The Ann Arbor Chronicle » city-owned land it's like being there Wed, 26 Nov 2014 18:59:03 +0000 en-US hourly 1 415 W. Washington Land Sale Item: Withdrawn Tue, 22 Jul 2014 03:39:52 +0000 Chronicle Staff By the time of the Ann Arbor city council’s July 21, 2014 meeting, Chuck Warpehoski (Ward 5) had withdrawn a resolution he’d sponsored on the agenda – which would have listed the city-owned 415 W. Washington property for sale and allocated $250,000 toward developing a master plan for the Allen Creek Greenway.

Warpehoski had sponsored the item along with mayor John Hieftje, with the title “Resolution to List for Sale 415 W. Washington and Appropriate Funds for Allen Creek Greenway Master Plan.”

As of mid-day Friday, July 18, no text or memo was included in the resolution. Warpehoski responded to an emailed query from The Chronicle by saying that the resolution might be pulled, depending on the outcome of a meeting of the Allen Creek Greenway Conservancy on July 18. [The agenda item was later updated with text. The amount to be allocated for the master planning effort was $250,000.]

On July 19, however, Warpehoski announced that he’d be withdrawing the resolution. An excerpt from the comment he left on The Chronicle’s meeting preview article reads as follows:

At the request of the Allen Creek Greenway Conservancy Board, I am withdrawing the resolution from the Council agenda.

The resolution to fund the creation of a greenway master plan and development of the greenway through the sale of the non-floodway portion of 415 W. Washington was developed in partnership with Bob Galardi, chair of the Greenway Conservancy, and Jonathan Bulkley, chair of the Greenway Roundtable.

Bob and Jonathan had discussed the potential resolution with the Conservancy board. They found some initial support from the board. At their meeting on July 18, the Conservancy Board reviewed the final resolution, but were not able to come to agreement to support the resolution at this time. As the conservancy does not have clarity in supporting the resolution, I am withdrawing it. From the beginning, the my approach to this was that if the Conservancy was supportive then we could bring it forward. If the conservancy was not in support then we would not move forward in this way.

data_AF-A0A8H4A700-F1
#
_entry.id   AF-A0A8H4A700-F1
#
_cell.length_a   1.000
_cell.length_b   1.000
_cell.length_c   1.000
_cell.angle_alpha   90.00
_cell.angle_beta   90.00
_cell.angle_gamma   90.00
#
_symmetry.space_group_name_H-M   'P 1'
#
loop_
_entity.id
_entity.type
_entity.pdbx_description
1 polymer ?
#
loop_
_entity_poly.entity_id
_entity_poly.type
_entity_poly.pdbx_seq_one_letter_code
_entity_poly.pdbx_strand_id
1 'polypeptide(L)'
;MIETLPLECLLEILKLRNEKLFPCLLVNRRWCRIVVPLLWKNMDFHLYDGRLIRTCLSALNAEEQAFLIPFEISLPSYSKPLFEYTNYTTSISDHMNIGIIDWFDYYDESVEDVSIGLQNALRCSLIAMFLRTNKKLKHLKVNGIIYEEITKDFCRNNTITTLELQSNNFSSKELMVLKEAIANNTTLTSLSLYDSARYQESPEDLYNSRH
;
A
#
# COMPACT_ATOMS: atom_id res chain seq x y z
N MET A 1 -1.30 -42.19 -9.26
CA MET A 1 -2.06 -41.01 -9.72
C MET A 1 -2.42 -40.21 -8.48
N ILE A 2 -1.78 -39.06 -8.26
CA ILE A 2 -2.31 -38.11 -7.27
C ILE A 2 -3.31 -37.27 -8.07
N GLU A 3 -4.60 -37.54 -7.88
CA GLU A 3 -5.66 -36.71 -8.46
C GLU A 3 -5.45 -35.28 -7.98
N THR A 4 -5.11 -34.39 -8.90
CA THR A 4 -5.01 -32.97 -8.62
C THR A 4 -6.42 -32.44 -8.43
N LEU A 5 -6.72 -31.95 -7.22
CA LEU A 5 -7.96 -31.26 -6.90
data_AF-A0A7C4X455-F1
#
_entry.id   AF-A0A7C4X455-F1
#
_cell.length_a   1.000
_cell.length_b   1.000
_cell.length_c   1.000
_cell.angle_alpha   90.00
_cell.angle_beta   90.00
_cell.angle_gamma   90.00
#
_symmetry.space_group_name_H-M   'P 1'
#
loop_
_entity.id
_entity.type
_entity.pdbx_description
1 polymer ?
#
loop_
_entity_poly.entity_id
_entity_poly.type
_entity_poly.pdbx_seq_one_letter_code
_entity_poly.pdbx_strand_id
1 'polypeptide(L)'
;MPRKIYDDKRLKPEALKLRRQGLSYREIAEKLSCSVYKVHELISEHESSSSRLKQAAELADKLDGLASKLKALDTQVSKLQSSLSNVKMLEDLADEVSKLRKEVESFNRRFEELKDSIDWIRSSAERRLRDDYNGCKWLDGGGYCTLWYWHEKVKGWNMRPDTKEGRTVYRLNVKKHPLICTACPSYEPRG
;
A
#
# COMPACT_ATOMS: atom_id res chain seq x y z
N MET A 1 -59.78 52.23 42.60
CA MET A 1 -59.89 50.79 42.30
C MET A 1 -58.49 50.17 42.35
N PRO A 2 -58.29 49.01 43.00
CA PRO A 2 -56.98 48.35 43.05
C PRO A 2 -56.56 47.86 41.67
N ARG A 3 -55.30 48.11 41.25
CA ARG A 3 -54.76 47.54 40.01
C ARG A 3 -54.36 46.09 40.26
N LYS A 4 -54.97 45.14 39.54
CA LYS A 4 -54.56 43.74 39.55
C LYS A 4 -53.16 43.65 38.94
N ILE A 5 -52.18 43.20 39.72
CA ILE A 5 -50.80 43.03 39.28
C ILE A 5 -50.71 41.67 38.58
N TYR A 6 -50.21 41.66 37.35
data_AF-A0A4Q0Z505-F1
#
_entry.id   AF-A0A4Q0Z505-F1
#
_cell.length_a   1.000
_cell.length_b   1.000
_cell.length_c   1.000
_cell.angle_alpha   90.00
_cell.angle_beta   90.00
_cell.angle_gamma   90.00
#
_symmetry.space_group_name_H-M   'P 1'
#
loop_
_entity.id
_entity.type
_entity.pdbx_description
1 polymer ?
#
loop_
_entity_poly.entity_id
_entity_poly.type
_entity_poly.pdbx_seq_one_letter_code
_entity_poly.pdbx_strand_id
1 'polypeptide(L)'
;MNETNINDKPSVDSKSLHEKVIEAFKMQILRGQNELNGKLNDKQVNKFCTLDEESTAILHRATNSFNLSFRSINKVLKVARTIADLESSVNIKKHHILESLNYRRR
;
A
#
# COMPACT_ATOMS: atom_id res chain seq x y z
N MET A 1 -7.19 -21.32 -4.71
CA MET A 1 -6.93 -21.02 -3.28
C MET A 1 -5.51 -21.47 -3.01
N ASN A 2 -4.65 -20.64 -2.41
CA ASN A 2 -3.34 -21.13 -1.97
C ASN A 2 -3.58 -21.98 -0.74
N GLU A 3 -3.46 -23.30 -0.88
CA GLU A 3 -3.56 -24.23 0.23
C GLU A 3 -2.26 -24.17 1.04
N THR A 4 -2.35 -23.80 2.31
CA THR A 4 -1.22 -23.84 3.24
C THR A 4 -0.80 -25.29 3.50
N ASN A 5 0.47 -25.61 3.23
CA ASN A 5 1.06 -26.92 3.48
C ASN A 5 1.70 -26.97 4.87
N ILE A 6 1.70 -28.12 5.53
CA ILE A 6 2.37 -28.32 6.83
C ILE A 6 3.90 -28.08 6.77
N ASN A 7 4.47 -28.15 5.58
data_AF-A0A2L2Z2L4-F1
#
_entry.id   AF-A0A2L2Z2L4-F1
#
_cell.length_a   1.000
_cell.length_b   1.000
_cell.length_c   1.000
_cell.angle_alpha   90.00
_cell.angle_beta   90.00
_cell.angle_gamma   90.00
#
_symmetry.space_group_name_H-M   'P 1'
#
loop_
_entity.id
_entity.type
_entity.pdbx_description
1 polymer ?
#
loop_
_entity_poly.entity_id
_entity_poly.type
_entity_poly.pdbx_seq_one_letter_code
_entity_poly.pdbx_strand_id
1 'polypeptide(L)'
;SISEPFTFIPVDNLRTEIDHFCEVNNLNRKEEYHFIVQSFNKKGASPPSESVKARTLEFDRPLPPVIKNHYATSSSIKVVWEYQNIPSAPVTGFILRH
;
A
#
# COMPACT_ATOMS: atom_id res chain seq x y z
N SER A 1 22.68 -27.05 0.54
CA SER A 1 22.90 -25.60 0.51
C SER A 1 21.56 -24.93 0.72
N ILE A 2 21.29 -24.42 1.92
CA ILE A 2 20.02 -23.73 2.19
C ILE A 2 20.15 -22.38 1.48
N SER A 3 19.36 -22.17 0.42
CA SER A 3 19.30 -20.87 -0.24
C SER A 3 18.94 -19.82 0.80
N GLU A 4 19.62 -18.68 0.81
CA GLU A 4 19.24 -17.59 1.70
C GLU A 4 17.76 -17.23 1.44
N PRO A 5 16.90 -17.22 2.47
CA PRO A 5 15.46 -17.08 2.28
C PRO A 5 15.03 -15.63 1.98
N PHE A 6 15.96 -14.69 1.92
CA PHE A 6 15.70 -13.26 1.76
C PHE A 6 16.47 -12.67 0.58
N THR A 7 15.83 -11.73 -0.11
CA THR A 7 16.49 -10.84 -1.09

The city-owed 415 W. Washington parcel is highlighted in yellow.

The city-owned 415 W. Washington parcel is highlighted in yellow.

Warpehoski indicated to The Chronicle that one reason a master plan for the greenway is important is that the lack of such a plan hurt the city’s application for funding from the state of Michigan to support renovations to the 721 N. Main property. The city did not receive the state grant after applying for it in early 2013.

In addition, Warpehoski wrote, there’s an opportunity to partner with the University of Michigan and a class taught by Larissa Larsen, a professor of urban and regional planning and natural resources. Such a partnership would reduce costs of the planning effort.

The idea of funding work on a master plan for the Allen Creek greenway was discussed most recently at the June 16, 2014 council meeting, in the context of a resolution that Christopher Taylor (Ward 3) had brought forward that would have jump-started an effort to redesign Liberty Plaza at the corner of Division and Liberty streets. Taylor’s resolution would have appropriated $23,577 for the work, which was to have included input from a variety of stakeholders, including adjacent property owners.

That resolution was ultimately referred by the council to the park advisory commission (PAC). At PAC’s July 15 meeting, two people spoke during public commentary to advocate for an integrated approach to the “library block,” which includes Liberty Plaza. But PAC postponed discussion related to Liberty Plaza and the council resolution, as only five of nine voting members were present. Taylor is an ex officio non-voting member of PAC, but had not discussed the resolution at previous PAC meetings. He attended PAC’s July 15 meeting.

The June 16 council meeting discussion featured the following exchange between Stephen Kunselman (Ward 3) and Hieftje, recorded in The Chronicle’s live updates from the meeting:

10:15 p.m. Kunselman asks if this means that Liberty Plaza would jump ahead of developing a master plan for the Allen Creek Greenway. Hieftje says that if Kunselman can be a bit patient, there will be a master plan proposed soon.